Comic Book Legal Defense Fund

Pulp Culture
'Jay and Silent Bob' is
for Kevin Smith fans


August 30, 2001
By Franklin Harris

Writer/director Kevin Smith has decided to close his Jersey Saga with a film only his die-hard fans can fully appreciate, although others may find it amusing nevertheless.

"Jay and Silent Bob Strike Back," as its title suggests, puts the focus on the two characters who have appeared in all five of Smith's movies, Jay (Jason Mewes) and Silent Bob (Smith).

A typical movie odd couple, Silent Bob only speaks when he has something profound to say. In "Clerks" and "Chasing Amy," he delivers advice about relationships. In "Mallrats," he quotes Yoda: "Adventure. Excitement. A Jedi craves not these things."

Jay, on the other hand, is rude, crude and never shuts up.

In the course of Smith's films, Jay and Silent Bob have gone from neighborhood pot dealers to bumbling sidekicks to prophets of the Apocalypse, the last in Smith's fourth film, "Dogma."

This time they are crusaders, after a fashion.

In "Chasing Amy," we learn that a pair of comic-book artists have used Jay and Silent Bob as the models for their parody superheroes, Bluntman and Chronic. Now, Miramax has purchased the movie rights to the characters, and "Bluntman and Chronic: The Movie" is scheduled to begin filming in three days.

There are just two problems. First, Jay and Silent Bob haven't been paid their cut for the movie rights. Second, hordes of Web surfing movie geeks are ripping the film and its characters on a popular Internet gossip site, modeled after Aint-It-Cool-News.com.

Silent Bob mostly seems concerned about the money, but the insults are more than Jay can tolerate. After all, he has a reputation to maintain, such as it is. So, Jay decides he and Silent Bob must put a stop to the movie no matter what, and the two set out on a road trip from New Jersey to Hollywood.

Along the way, they encounter characters from past Smith films. Jason Lee reprises two of his roles, Brodie Bruce ("Mallrats") and Banky Edwards ("Chasing Amy"), while Ben Affleck, whose first major role was in "Mallrats," plays both comic-book artist Holden McNeil from "Chasing Amy" and himself.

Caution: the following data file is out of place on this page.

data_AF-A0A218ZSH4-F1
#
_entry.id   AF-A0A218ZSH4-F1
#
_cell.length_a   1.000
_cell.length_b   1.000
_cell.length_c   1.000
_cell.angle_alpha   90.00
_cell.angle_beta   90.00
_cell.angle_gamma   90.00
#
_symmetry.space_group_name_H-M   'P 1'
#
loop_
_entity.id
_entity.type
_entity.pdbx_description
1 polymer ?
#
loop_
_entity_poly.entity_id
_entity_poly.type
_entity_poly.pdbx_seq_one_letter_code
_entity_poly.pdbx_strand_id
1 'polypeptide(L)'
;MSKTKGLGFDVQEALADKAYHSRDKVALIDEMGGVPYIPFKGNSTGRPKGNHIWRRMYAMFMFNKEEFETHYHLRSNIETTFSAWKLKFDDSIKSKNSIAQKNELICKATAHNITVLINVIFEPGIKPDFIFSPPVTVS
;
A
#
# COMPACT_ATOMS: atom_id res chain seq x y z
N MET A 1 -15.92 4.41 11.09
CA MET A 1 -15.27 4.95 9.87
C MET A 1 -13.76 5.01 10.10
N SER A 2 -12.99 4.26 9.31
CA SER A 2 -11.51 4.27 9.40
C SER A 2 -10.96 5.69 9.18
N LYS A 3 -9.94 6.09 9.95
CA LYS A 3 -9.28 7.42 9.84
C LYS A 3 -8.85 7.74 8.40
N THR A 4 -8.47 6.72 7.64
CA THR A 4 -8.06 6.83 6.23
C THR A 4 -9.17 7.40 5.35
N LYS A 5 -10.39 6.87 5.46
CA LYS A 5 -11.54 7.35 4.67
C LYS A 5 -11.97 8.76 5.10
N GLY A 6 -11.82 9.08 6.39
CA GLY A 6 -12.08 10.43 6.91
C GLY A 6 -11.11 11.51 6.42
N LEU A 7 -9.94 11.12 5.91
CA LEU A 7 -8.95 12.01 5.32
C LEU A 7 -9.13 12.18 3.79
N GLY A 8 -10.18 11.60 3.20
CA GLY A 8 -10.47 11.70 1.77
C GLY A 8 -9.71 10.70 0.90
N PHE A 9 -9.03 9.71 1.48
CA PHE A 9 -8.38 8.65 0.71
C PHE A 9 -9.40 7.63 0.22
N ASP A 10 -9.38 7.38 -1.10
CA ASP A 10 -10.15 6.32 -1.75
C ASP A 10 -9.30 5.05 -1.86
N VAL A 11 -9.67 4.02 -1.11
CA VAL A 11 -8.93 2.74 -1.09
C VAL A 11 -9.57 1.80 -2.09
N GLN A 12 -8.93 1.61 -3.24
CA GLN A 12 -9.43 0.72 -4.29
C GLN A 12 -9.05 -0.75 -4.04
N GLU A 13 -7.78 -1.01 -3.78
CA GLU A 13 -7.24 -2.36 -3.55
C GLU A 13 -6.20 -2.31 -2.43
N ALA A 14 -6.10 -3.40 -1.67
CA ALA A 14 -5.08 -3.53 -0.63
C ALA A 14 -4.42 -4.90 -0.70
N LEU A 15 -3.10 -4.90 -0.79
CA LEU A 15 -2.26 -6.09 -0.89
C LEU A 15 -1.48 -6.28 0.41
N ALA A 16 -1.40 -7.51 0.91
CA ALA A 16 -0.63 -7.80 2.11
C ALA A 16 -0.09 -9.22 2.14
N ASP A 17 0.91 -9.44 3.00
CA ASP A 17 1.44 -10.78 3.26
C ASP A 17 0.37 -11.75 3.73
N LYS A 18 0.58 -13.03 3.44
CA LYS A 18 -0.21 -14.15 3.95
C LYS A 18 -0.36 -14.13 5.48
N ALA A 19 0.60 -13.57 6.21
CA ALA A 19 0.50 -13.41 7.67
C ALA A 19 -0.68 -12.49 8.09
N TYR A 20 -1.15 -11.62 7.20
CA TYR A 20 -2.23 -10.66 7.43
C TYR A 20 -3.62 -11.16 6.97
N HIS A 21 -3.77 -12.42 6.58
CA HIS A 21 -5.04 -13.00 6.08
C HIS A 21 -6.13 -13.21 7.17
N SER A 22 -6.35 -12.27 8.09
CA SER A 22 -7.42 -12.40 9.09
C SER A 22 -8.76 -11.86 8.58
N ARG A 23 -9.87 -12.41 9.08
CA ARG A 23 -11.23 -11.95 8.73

Cameo appearances include George Carlin and a hitchhiker, Carrie Fisher as a nun, Mark Hamill as a comic-book supervillain and filmmakers Wes Craven and Gus Van Sant as themselves.

You don't need to have seen all of Smith's films to appreciate his pop-culture-laced humor, which pokes fun at everything from Affleck's and Matt Damon's post-"Good Will Hunting" career choices to the original "Planet of the Apes" to, of course, "Star Wars."

I counted at least three references to the '70s children's TV show "The Land of the Lost." There is a clueless wildlife officer named Marshall Wilenholly (Will Ferrell). There is a sheriff from Sleestak County. And Chris Rock plays a movie director named Chaka.

But there are in-jokes only Smith's fans will get, such as why everyone asks convenience-store clerk Dante Hicks (Brian O'Halloran) if he is supposed to be working today.

The weight of the movie falls on Mewes, which could easily lead to disaster. Jay is funny in small doses, but he can become insufferable over the course of two hours, as in "Dogma." But this time Mewes gives Jay, who was never a genius, an added bit of cluelessness that makes his offensive comments and behavior easier to stomach. He is vulgar because he doesn't know any better. And when his mom appears during a flashback scene, we see why.

Mind you, I still don't know what Jay's love interest (played by Shannon Elizabeth) sees in him.

For Smith's fans, this is easily the funniest movie of the year and an excellent farewell to Smith's bizarre cast of characters.

And if there is a message here, it is this: All of you know-nothing fanboys who post anonymous rants on Internet bulletin boards will get yours someday. So, watch your backs.

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